Antarctic Treaty meet steps up efforts to save marine ecology

 
Published: Monday 31 July 2006

Cruising their way Scientists and policy-makers at a 10-day Antarctic Treaty consultative meeting, held in Edinburgh, have agreed upon new measures to reduce the risk of non-native species being introduced into both marine and terrestrial ecosystems in Antarctica.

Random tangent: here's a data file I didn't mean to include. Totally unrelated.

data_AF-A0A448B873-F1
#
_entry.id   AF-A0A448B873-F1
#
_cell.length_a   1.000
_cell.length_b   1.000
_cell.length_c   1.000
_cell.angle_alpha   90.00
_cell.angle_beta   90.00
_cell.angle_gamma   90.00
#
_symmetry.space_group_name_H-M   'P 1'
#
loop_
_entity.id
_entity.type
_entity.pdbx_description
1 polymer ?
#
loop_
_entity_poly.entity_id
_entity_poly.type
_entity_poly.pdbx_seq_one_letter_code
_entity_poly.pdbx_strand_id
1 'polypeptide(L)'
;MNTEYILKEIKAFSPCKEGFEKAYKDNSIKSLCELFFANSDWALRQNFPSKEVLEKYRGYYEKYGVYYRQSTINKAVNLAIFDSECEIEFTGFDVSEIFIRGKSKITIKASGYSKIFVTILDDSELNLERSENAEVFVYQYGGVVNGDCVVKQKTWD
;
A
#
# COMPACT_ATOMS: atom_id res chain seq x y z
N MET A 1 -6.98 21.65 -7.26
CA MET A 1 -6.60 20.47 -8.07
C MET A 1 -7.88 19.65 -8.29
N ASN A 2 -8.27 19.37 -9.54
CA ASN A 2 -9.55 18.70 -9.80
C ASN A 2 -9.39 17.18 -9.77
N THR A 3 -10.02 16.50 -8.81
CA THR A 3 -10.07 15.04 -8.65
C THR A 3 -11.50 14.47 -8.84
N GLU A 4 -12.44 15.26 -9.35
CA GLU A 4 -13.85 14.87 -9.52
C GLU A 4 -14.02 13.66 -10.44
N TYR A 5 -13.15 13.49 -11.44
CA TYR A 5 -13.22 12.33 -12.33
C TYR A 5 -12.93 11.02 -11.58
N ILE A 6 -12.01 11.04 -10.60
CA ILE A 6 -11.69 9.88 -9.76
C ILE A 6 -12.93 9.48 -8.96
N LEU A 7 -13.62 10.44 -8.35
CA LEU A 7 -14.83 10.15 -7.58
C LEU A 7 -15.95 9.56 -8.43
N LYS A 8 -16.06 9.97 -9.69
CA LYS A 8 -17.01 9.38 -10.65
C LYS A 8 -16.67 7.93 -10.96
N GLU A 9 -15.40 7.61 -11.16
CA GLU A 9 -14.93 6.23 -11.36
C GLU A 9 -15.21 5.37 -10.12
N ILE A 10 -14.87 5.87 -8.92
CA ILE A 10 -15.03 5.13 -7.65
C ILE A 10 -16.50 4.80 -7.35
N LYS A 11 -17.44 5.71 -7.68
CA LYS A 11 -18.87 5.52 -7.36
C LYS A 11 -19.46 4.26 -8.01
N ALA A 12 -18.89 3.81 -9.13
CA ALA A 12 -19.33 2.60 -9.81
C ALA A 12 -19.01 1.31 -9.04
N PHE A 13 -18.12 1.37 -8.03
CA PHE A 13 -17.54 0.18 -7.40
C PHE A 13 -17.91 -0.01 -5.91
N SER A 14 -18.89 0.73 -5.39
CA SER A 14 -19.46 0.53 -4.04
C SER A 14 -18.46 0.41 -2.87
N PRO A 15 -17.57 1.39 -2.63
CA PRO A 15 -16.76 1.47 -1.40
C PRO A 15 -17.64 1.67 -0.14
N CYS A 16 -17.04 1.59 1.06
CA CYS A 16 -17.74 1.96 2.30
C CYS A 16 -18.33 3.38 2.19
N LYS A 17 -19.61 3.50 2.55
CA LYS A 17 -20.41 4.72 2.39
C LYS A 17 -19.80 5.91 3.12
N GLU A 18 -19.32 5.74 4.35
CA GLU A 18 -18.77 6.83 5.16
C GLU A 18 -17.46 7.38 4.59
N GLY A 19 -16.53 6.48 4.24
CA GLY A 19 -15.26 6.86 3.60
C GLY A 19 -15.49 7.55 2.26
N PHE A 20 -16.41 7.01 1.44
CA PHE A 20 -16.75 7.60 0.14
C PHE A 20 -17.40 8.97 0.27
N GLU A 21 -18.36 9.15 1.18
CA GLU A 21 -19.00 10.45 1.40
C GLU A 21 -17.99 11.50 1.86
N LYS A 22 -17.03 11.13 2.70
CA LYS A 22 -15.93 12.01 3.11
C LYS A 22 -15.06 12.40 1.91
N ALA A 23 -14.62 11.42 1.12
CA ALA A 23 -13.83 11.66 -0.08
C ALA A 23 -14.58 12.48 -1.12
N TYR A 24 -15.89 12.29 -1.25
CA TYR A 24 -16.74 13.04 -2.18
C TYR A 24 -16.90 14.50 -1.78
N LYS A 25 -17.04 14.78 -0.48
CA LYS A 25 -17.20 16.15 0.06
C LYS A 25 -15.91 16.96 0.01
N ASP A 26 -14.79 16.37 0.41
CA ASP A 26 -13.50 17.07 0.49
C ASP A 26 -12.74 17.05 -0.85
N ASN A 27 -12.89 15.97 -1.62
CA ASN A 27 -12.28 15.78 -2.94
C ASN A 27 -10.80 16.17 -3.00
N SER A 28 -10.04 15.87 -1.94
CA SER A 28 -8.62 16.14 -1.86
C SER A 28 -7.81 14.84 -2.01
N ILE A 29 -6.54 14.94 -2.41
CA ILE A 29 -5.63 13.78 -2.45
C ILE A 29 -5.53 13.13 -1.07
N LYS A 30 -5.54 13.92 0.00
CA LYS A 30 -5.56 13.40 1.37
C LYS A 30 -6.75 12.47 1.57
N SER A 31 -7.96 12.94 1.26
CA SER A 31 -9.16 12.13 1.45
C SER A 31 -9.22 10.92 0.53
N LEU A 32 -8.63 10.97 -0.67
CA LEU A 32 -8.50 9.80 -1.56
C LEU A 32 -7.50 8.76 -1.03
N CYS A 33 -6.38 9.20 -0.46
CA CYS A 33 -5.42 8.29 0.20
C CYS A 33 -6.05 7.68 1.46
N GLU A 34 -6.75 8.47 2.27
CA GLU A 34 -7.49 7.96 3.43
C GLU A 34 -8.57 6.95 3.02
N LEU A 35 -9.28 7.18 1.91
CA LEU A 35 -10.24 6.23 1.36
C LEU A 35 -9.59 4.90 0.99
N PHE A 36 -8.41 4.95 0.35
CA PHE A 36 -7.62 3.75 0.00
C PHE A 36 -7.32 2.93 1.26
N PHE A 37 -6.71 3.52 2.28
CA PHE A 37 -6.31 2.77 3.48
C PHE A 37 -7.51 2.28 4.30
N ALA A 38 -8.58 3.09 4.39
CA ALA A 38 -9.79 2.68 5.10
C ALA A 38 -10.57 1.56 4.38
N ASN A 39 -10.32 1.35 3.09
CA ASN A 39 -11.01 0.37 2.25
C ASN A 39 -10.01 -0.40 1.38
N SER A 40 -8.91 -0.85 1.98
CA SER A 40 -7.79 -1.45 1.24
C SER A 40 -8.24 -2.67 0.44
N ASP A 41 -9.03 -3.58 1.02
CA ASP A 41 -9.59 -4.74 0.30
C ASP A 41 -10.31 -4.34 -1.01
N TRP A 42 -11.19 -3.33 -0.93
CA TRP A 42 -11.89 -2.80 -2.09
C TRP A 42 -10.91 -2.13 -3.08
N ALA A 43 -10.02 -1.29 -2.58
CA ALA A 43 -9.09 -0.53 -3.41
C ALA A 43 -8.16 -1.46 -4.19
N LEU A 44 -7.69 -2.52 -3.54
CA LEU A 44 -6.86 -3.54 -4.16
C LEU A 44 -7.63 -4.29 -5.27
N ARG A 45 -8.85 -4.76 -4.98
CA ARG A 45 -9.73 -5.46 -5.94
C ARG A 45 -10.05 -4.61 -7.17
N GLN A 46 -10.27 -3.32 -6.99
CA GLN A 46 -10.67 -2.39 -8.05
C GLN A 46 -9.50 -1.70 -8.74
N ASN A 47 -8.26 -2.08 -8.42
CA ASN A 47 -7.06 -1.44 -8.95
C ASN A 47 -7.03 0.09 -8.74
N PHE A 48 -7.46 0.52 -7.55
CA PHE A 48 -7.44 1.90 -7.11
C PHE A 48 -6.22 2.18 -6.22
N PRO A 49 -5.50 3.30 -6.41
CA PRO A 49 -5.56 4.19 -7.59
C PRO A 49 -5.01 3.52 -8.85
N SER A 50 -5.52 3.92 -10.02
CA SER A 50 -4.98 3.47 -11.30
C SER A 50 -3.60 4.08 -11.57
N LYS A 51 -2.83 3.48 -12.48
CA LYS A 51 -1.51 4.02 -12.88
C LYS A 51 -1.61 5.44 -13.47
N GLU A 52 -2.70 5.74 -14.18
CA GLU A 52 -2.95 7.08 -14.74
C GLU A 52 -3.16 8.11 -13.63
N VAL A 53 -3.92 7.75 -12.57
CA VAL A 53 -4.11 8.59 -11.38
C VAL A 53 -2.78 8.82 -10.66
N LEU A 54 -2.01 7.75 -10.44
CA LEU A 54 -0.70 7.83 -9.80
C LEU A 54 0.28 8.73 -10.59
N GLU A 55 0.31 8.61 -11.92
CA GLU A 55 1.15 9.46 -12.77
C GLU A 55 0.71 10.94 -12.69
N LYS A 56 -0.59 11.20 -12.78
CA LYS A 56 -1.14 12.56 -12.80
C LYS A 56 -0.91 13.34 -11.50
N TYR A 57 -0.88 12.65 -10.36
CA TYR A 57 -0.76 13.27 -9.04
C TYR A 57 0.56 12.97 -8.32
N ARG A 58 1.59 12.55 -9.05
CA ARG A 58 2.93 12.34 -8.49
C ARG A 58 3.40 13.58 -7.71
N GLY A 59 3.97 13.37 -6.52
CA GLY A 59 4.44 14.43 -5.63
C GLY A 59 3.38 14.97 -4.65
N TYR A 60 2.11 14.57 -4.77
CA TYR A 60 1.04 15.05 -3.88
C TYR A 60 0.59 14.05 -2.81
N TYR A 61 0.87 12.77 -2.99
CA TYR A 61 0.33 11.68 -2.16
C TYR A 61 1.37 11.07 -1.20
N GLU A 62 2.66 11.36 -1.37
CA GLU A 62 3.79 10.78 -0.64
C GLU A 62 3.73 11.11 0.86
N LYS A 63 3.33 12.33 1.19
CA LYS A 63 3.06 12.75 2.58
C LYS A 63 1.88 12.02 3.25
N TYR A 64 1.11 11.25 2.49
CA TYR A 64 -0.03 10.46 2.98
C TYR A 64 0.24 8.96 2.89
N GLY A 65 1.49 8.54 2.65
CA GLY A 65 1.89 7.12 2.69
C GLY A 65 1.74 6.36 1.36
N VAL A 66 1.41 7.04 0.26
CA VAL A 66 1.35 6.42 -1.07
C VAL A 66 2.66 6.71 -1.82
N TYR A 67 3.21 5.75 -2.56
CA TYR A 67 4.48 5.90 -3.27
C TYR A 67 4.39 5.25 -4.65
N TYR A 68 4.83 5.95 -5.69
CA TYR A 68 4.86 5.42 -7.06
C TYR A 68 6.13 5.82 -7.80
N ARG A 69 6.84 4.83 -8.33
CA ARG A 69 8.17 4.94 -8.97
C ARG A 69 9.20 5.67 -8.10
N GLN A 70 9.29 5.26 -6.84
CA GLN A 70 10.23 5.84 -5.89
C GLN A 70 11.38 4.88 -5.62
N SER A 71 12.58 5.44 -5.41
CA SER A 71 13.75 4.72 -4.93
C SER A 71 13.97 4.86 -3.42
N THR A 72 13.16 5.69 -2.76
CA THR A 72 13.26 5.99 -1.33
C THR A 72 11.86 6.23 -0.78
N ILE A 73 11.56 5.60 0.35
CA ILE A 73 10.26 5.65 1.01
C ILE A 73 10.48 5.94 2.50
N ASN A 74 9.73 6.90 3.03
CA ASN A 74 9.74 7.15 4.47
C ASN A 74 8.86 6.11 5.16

The meeting, which ended on June 23, decided not to allow ships operating in the southern Ocean to empty their ballast water into the sea, as microbes-laden water might introduce alien species to the wilderness. Delegates expressed concern as the rapidly changing and warming climate on the Antarctica peninsula could now increase the risk of non-native species establishing themselves on the continent itself. The meeting, however, failed to take any concrete decision on the tighter environmental measures to protect the continent amid a boom in tourism. Experts see the failure was due to pressure from the growing tourism industry across the world.

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